Over 50 school pupils from across the North West, including Merseyside, Lancashire, the Isle of Man and North Wales, came to LJMU to enjoy a day in the labs, as part of the Salters' Festival of Chemistry. Teams of four 11 to 13-year-olds from 13 different schools took part in a competitive, hands-on, practical activity, called ‘Who is the Prime Suspect’ where they had to use their chemistry skills to solve a murder mystery.
The pupils examined the forensic evidence taken from the imaginary crime scene to help identify the murderer. They identified the white powder found at the crime scene using chemical analysis and compared that with the white powder found on the clothing of each of the five suspects. The white powders were in fact salts that are commonly found around the house such as sodium chloride and calcium sulphate. Another experiment involved matching a sample of ink found at the crime scene with the samples of ink contained in the pens of the six suspects. The winners were West Kirkby Grammar School, Bebington High Sports College and King Williams College.
The pupils also competed in the ‘University Challenge,’ a practical activity using their knowledge and science skills to solve the problem of controlling the time of a chemical reaction. The winners of this challenge were Kingsmead School, Wirral Grammar School for Boys and The Kings School.
Dr Ian Bradshaw, Subject Leader at LJMU’s School of Pharmacy and Biomolecular Sciences, said: “Our aim is to show the next generation of potential scientists how science affects their daily lives, and have some fun at the same time. They get a chance to have a hands-on go with real science and learn how to solve problems using the principles of forensic science. It is also a fantastic opportunity for them to spend time at the University, and hopefully the day will encourage them to consider attending Higher Education and think about pursuing a career in science.”
The Salters' Festivals of Chemistry are an initiative of The Salters' Institute, whose aim is to promote the appreciation of chemistry and related sciences amongst the young, and to encourage careers in the teaching of chemistry and in the UK chemical and allied industries. The Festival at Liverpool John Moores University is one of a series of 51 Festivals which are taking place at Universities and Colleges throughout the UK and the Republic of Ireland between March and June 2017.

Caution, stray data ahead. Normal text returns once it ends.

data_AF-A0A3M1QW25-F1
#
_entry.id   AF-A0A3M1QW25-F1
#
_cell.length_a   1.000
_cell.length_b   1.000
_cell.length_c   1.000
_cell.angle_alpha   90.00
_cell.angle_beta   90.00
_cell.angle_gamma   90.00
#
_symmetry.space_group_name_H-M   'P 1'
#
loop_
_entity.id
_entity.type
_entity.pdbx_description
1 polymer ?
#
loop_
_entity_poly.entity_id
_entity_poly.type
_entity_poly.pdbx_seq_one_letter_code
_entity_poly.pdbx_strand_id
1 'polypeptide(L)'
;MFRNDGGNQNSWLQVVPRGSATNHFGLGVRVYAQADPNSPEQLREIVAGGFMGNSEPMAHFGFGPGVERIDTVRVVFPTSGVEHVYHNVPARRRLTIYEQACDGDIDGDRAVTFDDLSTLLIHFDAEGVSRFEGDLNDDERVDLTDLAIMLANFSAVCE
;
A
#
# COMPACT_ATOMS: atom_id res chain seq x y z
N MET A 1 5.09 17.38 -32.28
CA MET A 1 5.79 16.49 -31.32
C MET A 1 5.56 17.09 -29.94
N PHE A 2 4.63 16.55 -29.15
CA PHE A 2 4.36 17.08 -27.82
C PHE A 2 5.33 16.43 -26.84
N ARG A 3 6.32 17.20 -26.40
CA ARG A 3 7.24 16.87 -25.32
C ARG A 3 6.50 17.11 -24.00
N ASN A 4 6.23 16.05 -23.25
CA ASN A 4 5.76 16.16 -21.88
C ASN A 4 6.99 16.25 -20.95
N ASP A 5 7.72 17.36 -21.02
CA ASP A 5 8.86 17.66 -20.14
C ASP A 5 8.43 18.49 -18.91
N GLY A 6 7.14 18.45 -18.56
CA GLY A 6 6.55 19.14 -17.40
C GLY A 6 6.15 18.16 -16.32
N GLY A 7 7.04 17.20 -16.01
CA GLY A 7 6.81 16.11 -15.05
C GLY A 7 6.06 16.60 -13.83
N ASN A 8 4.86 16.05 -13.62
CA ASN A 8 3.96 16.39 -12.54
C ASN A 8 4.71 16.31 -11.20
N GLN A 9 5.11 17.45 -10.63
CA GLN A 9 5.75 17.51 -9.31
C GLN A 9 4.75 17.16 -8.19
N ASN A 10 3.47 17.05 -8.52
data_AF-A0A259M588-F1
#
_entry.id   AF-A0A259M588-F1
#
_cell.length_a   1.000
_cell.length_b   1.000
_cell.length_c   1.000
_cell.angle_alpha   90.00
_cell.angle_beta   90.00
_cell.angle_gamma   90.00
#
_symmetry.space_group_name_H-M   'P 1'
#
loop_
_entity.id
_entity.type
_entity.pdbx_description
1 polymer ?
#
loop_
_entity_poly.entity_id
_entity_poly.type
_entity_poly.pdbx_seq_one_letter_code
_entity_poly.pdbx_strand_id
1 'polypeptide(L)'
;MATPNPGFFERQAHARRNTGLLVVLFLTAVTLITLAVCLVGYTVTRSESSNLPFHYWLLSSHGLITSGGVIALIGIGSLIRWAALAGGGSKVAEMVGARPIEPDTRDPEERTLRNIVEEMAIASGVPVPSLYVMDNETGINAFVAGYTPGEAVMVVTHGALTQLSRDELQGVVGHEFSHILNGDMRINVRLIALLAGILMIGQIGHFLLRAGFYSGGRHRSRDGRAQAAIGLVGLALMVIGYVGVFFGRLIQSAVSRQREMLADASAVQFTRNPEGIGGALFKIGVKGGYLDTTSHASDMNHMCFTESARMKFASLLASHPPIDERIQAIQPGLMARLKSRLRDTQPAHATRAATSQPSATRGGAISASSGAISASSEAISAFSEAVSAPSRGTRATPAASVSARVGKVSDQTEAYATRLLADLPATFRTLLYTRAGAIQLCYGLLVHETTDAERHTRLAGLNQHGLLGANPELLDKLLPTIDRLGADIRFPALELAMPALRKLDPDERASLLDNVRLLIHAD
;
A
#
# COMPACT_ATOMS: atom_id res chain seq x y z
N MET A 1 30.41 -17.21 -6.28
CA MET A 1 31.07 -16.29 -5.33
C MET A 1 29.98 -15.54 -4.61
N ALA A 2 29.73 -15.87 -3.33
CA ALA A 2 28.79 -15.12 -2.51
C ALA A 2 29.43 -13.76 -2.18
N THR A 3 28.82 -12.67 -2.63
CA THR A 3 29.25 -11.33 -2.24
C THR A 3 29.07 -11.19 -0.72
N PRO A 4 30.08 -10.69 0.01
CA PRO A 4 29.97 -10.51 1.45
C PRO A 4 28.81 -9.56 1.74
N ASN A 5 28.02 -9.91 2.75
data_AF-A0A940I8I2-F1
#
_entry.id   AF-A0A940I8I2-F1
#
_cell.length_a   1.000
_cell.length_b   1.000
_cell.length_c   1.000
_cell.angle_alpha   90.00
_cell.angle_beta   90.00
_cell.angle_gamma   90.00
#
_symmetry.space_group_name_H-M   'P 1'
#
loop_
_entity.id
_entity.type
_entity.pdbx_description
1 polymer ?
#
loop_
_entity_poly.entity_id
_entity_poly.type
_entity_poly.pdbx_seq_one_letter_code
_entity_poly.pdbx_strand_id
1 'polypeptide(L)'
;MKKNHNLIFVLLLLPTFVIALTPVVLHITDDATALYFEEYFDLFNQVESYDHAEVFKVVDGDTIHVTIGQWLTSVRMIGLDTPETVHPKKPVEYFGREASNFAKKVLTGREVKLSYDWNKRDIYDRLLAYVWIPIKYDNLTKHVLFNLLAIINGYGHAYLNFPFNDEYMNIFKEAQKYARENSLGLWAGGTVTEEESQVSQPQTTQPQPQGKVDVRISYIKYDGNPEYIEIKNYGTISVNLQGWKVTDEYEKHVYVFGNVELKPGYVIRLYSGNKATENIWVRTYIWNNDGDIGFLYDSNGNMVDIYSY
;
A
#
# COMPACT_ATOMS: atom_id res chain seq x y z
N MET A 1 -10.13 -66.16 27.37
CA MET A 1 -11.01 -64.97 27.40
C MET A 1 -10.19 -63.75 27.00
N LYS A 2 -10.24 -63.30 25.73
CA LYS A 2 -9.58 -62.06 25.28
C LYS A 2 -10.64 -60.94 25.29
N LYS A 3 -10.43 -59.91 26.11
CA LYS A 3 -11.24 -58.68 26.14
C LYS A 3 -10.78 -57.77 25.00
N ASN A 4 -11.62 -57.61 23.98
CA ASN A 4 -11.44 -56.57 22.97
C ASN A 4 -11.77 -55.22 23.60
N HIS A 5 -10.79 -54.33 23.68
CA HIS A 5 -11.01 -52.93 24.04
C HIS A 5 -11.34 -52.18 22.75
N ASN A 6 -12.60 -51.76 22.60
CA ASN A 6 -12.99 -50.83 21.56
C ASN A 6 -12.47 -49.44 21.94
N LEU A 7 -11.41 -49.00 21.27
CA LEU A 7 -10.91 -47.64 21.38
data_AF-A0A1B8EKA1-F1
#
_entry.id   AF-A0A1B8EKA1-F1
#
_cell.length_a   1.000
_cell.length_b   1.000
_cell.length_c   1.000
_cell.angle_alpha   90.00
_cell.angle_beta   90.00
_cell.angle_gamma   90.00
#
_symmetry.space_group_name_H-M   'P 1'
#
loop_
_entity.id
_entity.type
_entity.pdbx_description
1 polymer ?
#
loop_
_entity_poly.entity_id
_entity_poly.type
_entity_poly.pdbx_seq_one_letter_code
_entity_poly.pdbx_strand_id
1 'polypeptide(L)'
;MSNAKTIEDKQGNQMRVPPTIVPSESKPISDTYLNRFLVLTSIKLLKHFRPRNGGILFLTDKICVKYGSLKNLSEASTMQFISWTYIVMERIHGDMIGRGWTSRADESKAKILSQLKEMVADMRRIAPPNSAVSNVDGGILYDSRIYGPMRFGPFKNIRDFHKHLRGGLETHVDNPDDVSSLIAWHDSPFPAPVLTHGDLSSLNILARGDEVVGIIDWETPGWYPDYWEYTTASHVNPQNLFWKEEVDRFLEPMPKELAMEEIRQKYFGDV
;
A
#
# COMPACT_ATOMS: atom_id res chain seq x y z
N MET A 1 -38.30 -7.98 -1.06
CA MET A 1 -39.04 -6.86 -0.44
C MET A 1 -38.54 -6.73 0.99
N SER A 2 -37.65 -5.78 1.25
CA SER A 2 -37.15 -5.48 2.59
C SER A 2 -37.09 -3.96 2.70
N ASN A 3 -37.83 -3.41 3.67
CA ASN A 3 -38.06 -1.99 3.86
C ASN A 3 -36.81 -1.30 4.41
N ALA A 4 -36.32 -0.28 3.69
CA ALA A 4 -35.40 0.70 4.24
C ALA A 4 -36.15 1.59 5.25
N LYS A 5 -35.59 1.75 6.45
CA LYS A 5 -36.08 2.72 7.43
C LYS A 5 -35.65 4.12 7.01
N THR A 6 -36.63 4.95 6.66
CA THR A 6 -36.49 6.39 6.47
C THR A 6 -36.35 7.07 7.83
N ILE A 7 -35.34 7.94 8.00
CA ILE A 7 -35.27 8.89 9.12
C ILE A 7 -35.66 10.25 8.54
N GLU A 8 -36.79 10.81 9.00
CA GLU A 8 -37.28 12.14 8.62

Three of the schools, Bebington High Sports College, Cowley International College and Woodchurch High School, are also taking part in Chemistry for All, an LJMU and Royal Society of Chemistry (RSC) £150,000 outreach project aimed at understanding the impact of longitudinal interventions in chemistry on target pupils from widening participation background. The project links with employers in the North West chemical sector to ensure that school age pupils know the exciting careers and opportunities chemistry can lead to.
Rhys and Connor from Year 8 at Bebington High Sports College commented on how they found the event. They said that the experience gave them the chance to see what it was like in a university and they are definitely interested in studying science and technology subjects now. They really enjoyed the practical experiments and the chance to spend time in a university lab.
Dany Hersey, a Chemistry teacher at Woodchurch High School, said:
“The Salters' Festivals of Chemistry is a brilliant chance for pupils to see scientists in a new setting, and this opens their eyes to career ideas in STEM subjects through higher education. The event allows them to be independent when learning and is always enthusing and engaging, giving them a good taster of university life.”
Completing the BSc (Hons) Applied Chemistry at Liverpool John Moores University will help ensure you enjoy excellent career prospects and enhanced earning potential in a variety of sectors after you graduate.